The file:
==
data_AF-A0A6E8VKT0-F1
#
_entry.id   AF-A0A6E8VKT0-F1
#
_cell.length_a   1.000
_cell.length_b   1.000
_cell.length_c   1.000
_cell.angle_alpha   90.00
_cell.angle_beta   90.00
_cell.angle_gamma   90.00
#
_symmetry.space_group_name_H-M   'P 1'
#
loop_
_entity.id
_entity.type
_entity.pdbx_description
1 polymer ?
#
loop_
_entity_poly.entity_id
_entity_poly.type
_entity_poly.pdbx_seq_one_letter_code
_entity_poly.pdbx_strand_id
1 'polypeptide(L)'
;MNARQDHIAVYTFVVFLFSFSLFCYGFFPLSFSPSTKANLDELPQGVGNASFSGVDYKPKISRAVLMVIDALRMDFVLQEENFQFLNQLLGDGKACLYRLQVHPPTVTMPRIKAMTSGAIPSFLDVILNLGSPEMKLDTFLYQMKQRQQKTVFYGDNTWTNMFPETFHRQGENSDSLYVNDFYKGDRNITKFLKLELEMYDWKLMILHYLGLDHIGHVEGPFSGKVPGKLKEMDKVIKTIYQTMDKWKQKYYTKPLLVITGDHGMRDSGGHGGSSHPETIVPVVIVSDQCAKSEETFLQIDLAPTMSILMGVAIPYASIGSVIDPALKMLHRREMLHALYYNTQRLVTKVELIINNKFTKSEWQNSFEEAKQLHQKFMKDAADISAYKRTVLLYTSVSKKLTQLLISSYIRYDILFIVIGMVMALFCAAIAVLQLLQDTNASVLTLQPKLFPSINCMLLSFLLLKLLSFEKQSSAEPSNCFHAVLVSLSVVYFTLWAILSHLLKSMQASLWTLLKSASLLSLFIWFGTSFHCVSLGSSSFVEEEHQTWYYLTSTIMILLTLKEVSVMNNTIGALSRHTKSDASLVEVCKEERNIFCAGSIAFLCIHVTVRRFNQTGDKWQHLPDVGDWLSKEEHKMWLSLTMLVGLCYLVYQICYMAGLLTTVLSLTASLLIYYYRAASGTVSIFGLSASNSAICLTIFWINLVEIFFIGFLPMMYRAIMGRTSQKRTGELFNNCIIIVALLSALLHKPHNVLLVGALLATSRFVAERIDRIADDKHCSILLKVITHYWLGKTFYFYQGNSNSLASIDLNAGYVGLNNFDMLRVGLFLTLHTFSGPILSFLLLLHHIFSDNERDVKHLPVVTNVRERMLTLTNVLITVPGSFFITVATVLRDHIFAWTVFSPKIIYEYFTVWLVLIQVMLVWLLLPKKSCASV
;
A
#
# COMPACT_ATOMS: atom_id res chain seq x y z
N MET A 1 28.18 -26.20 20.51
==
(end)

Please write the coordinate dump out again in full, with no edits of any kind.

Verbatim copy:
data_AF-A0A6E8VKT0-F1
#
_entry.id   AF-A0A6E8VKT0-F1
#
_cell.length_a   1.000
_cell.length_b   1.000
_cell.length_c   1.000
_cell.angle_alpha   90.00
_cell.angle_beta   90.00
_cell.angle_gamma   90.00
#
_symmetry.space_group_name_H-M   'P 1'
#
loop_
_entity.id
_entity.type
_entity.pdbx_description
1 polymer ?
#
loop_
_entity_poly.entity_id
_entity_poly.type
_entity_poly.pdbx_seq_one_letter_code
_entity_poly.pdbx_strand_id
1 'polypeptide(L)'
;MNARQDHIAVYTFVVFLFSFSLFCYGFFPLSFSPSTKANLDELPQGVGNASFSGVDYKPKISRAVLMVIDALRMDFVLQEENFQFLNQLLGDGKACLYRLQVHPPTVTMPRIKAMTSGAIPSFLDVILNLGSPEMKLDTFLYQMKQRQQKTVFYGDNTWTNMFPETFHRQGENSDSLYVNDFYKGDRNITKFLKLELEMYDWKLMILHYLGLDHIGHVEGPFSGKVPGKLKEMDKVIKTIYQTMDKWKQKYYTKPLLVITGDHGMRDSGGHGGSSHPETIVPVVIVSDQCAKSEETFLQIDLAPTMSILMGVAIPYASIGSVIDPALKMLHRREMLHALYYNTQRLVTKVELIINNKFTKSEWQNSFEEAKQLHQKFMKDAADISAYKRTVLLYTSVSKKLTQLLISSYIRYDILFIVIGMVMALFCAAIAVLQLLQDTNASVLTLQPKLFPSINCMLLSFLLLKLLSFEKQSSAEPSNCFHAVLVSLSVVYFTLWAILSHLLKSMQASLWTLLKSASLLSLFIWFGTSFHCVSLGSSSFVEEEHQTWYYLTSTIMILLTLKEVSVMNNTIGALSRHTKSDASLVEVCKEERNIFCAGSIAFLCIHVTVRRFNQTGDKWQHLPDVGDWLSKEEHKMWLSLTMLVGLCYLVYQICYMAGLLTTVLSLTASLLIYYYRAASGTVSIFGLSASNSAICLTIFWINLVEIFFIGFLPMMYRAIMGRTSQKRTGELFNNCIIIVALLSALLHKPHNVLLVGALLATSRFVAERIDRIADDKHCSILLKVITHYWLGKTFYFYQGNSNSLASIDLNAGYVGLNNFDMLRVGLFLTLHTFSGPILSFLLLLHHIFSDNERDVKHLPVVTNVRERMLTLTNVLITVPGSFFITVATVLRDHIFAWTVFSPKIIYEYFTVWLVLIQVMLVWLLLPKKSCASV
;
A
#
# COMPACT_ATOMS: atom_id res chain seq x y z
N MET A 1 28.18 -26.20 20.51